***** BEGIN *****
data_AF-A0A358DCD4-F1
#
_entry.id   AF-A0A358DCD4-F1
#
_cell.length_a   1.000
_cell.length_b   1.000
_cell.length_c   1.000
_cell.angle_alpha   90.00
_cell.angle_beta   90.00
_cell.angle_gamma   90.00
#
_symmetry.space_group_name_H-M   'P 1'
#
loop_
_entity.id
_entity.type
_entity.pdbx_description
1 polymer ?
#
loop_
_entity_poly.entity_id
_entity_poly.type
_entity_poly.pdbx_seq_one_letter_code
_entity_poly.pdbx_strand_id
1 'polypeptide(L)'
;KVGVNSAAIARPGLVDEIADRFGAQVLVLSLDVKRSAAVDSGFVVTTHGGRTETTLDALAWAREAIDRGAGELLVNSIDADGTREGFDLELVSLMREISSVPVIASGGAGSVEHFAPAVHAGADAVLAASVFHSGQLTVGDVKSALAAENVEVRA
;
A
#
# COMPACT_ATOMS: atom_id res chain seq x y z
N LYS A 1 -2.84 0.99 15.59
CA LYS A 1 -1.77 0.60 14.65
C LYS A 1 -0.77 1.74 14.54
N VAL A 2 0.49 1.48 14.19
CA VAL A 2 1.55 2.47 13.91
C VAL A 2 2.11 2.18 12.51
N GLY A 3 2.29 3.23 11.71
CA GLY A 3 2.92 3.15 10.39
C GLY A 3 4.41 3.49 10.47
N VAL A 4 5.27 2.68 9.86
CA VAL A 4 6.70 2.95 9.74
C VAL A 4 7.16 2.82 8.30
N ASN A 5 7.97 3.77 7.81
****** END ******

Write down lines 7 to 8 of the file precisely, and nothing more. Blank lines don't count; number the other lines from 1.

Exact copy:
_cell.length_c   1.000
_cell.angle_alpha   90.00